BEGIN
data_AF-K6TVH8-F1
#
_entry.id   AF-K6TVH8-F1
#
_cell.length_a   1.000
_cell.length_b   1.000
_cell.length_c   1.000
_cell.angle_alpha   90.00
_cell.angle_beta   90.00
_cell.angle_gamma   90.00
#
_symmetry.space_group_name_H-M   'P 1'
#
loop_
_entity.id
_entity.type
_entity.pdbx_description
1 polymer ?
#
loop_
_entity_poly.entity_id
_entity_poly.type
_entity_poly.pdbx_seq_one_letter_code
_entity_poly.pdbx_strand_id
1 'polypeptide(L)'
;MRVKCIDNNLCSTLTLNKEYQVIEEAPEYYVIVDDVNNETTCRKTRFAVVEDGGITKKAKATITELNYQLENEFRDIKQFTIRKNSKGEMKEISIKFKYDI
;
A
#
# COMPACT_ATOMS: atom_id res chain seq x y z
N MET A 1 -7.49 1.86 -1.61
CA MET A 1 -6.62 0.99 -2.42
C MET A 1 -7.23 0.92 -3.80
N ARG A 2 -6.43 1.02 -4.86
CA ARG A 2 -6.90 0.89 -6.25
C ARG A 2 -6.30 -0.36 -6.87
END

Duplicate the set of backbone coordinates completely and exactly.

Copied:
data_AF-K6TVH8-F1
#
_entry.id   AF-K6TVH8-F1
#
_cell.length_a   1.000
_cell.length_b   1.000
_cell.length_c   1.000
_cell.angle_alpha   90.00
_cell.angle_beta   90.00
_cell.angle_gamma   90.00
#
_symmetry.space_group_name_H-M   'P 1'
#
loop_
_entity.id
_entity.type
_entity.pdbx_description
1 polymer ?
#
loop_
_entity_poly.entity_id
_entity_poly.type
_entity_poly.pdbx_seq_one_letter_code
_entity_poly.pdbx_strand_id
1 'polypeptide(L)'
;MRVKCIDNNLCSTLTLNKEYQVIEEAPEYYVIVDDVNNETTCRKTRFAVVEDGGITKKAKATITELNYQLENEFRDIKQFTIRKNSKGEMKEISIKFKYDI
;
A
#
# COMPACT_ATOMS: atom_id res chain seq x y z
N MET A 1 -7.49 1.86 -1.61
CA MET A 1 -6.62 0.99 -2.42
C MET A 1 -7.23 0.92 -3.80
N ARG A 2 -6.43 1.02 -4.86
CA ARG A 2 -6.90 0.89 -6.25
C ARG A 2 -6.30 -0.36 -6.87